Initially, the detector was assembled on a breadboard using a Si PIN photodiode (S 1223 series), as shown in Fig. 1. The diode is forward biased and connected to an op-amp integrator. The signal from the integrator goes through an amplifier with a gain of 10 and finally through a low pass filter. The board was then installed in a project box and the diode was taken off the board and put out of the box, as shown in Fig. 2. Voltage of -12 V and +12 V was applied to power the circuit. The output signal was read by an Tektronix TDS 2000 series oscilloscope. Two programs, one for fast and convenient reading of the traces off the monitor of the oscilloscope, and one for reading the trigger rate of several runs and averaging their results, were written in Python which allowed a computer to communicate with the scope through a GPIB-USB connection. A Cs-137 radioactive source with activity of about 23µCi was used. All experiments were done while the light in the room was off to avoid noise in the signals. Initially the detector was placed directly in front of the source. The trigger rate of the oscilloscope was recorded for different distances between the source and the detector. In another setup the source was placed 2 mm away from the detector for 45 minutes and the signals that were received by the oscilloscope were saved. Then the source was placed exactly in front of the detector­so that only the glass (made of borosilicate) was between the source and the detector­and the trigger rate was measured. Finally, the detector was cooled down by liquid Nitrogen (re: source and diode dunked in dewar) and the signal recorded.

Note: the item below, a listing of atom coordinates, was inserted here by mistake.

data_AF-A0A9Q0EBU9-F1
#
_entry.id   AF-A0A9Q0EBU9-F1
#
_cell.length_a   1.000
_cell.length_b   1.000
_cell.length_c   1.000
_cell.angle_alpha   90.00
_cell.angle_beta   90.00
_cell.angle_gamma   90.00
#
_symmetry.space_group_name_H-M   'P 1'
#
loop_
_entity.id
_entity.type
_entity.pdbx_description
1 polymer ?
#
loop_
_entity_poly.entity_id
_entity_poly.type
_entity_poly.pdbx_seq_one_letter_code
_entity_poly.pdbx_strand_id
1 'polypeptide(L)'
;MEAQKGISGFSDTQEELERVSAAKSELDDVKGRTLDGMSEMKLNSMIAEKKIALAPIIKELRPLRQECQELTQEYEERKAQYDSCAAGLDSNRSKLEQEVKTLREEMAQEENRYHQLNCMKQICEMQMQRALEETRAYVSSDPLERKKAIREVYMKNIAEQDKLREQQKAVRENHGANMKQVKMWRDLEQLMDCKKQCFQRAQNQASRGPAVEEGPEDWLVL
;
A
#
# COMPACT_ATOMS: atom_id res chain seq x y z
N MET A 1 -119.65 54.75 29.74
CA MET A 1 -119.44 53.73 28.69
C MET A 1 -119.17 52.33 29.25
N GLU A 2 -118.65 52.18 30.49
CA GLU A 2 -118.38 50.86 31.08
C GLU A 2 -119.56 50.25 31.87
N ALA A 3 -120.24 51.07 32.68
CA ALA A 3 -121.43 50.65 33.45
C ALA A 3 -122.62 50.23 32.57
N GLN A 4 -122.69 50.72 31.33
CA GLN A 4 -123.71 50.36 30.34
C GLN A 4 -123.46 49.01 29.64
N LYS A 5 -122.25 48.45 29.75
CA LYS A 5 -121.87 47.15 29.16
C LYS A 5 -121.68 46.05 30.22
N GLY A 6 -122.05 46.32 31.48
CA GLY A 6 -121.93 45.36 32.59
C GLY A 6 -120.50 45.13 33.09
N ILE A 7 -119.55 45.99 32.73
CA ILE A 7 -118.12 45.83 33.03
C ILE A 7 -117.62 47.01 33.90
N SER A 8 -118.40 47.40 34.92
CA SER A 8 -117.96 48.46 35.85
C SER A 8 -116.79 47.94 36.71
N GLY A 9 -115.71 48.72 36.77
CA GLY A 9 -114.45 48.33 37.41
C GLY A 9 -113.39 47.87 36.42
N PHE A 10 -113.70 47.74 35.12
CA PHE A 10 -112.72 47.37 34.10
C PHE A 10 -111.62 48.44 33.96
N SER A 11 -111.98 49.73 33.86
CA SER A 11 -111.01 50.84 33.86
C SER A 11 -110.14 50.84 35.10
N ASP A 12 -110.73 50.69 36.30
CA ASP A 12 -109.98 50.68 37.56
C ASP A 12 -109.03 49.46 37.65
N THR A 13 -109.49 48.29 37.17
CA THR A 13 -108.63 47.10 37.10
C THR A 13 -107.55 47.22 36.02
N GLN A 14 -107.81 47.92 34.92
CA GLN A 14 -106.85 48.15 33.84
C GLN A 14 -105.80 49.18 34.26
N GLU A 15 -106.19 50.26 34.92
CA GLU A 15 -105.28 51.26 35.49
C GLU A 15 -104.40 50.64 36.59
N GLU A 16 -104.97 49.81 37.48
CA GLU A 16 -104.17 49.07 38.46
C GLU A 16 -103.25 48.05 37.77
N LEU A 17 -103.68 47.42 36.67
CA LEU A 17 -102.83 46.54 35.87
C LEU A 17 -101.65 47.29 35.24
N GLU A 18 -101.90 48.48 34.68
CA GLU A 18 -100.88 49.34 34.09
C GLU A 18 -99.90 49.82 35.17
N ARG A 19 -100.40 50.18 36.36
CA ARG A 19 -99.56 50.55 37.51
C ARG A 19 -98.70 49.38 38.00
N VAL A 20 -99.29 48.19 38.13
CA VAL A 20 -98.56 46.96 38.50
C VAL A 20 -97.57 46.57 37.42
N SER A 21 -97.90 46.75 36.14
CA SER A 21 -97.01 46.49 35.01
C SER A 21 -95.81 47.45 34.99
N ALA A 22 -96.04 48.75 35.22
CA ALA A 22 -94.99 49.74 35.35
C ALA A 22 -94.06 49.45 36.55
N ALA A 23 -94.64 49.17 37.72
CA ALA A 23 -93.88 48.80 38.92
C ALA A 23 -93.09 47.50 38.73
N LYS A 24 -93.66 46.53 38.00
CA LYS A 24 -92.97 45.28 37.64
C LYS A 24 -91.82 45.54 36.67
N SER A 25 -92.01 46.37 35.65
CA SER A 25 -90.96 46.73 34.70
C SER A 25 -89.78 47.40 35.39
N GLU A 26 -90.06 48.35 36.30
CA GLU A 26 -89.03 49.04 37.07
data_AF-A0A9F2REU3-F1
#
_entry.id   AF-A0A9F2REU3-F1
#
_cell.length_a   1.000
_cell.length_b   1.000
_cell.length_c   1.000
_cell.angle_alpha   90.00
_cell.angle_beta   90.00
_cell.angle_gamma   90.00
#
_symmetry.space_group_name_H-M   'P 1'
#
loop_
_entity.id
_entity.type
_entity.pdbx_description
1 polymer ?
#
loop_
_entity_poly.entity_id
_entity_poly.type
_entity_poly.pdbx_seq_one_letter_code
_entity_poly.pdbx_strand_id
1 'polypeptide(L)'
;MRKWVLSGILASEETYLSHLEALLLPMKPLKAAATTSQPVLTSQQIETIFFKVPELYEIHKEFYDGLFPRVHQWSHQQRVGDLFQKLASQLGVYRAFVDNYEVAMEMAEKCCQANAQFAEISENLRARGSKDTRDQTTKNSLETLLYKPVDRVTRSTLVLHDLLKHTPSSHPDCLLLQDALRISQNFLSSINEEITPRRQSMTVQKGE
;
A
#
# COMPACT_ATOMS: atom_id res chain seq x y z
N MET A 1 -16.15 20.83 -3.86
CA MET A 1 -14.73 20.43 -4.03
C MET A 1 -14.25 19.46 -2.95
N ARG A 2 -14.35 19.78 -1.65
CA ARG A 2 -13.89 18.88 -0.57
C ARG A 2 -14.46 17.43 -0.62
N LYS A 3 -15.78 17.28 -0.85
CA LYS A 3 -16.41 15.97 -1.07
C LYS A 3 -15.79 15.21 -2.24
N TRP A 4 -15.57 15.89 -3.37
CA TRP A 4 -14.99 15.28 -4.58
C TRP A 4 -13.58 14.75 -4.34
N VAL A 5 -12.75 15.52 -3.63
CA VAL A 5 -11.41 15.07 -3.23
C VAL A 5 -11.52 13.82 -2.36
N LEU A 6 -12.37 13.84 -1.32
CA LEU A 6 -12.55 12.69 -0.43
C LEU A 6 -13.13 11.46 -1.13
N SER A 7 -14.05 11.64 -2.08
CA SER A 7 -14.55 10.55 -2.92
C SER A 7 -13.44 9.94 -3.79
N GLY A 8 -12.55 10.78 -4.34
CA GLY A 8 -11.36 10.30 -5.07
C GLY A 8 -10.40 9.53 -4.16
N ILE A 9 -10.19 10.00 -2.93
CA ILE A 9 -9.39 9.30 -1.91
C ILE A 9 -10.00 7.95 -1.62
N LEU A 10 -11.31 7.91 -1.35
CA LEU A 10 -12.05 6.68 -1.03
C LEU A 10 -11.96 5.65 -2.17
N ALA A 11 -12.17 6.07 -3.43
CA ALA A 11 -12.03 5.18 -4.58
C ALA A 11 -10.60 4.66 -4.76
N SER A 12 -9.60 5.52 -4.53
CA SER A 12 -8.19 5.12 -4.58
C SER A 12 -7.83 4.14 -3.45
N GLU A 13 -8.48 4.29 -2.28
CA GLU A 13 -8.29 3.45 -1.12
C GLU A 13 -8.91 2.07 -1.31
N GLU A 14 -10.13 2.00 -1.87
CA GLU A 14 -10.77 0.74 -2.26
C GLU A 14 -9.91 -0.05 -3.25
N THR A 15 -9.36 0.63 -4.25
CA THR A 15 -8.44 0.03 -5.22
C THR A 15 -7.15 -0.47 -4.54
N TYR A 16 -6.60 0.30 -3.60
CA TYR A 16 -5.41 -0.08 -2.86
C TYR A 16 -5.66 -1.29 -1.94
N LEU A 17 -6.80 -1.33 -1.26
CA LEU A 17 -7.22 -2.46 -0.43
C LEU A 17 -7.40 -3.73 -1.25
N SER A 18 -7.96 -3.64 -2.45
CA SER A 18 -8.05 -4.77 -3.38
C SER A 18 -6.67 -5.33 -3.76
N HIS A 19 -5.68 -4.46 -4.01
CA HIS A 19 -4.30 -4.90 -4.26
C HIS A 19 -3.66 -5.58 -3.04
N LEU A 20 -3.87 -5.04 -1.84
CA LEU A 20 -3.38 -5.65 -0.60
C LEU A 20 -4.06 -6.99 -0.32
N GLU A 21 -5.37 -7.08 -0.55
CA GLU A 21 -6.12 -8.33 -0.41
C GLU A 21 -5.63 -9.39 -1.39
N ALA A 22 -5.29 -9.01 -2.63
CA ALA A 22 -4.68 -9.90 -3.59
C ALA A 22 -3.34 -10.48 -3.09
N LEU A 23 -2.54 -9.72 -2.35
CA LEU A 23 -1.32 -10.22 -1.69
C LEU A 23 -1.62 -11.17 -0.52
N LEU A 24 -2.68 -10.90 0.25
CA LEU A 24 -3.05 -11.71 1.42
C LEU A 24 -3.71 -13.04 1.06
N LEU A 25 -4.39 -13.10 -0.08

Figure 1: X-ray Detector Schematic Designed at KEK


Figure 2: The Prototype Detector


The radioactive Cs-137 source has a half life of 30.2 years. It has decay and emits electrons of 0.514 MeV with a 94 percent probability and subsequently photons of 0.662 MeV with emission probability of 85 percent [Montanet 94]. Considering the 0.662 MeV photons' effect in the diode, the energy required to create an electron-hole pair in the silicon is about 3 times the band gap energy of the silicon. This indicates that if all the energy of the photon is deposited on the silicon, 0.063pC charge will be received by the detector and after passing thought the 10 pF capacitor and x10 amplifier, the final output of the circuit for a photon of maximum energy, 100 percent absorbed by the diode, should be 63 mV. Charge deposited on the diode= 1 = 0.063pC × 10pF = 6.3mV × 10 = 63mV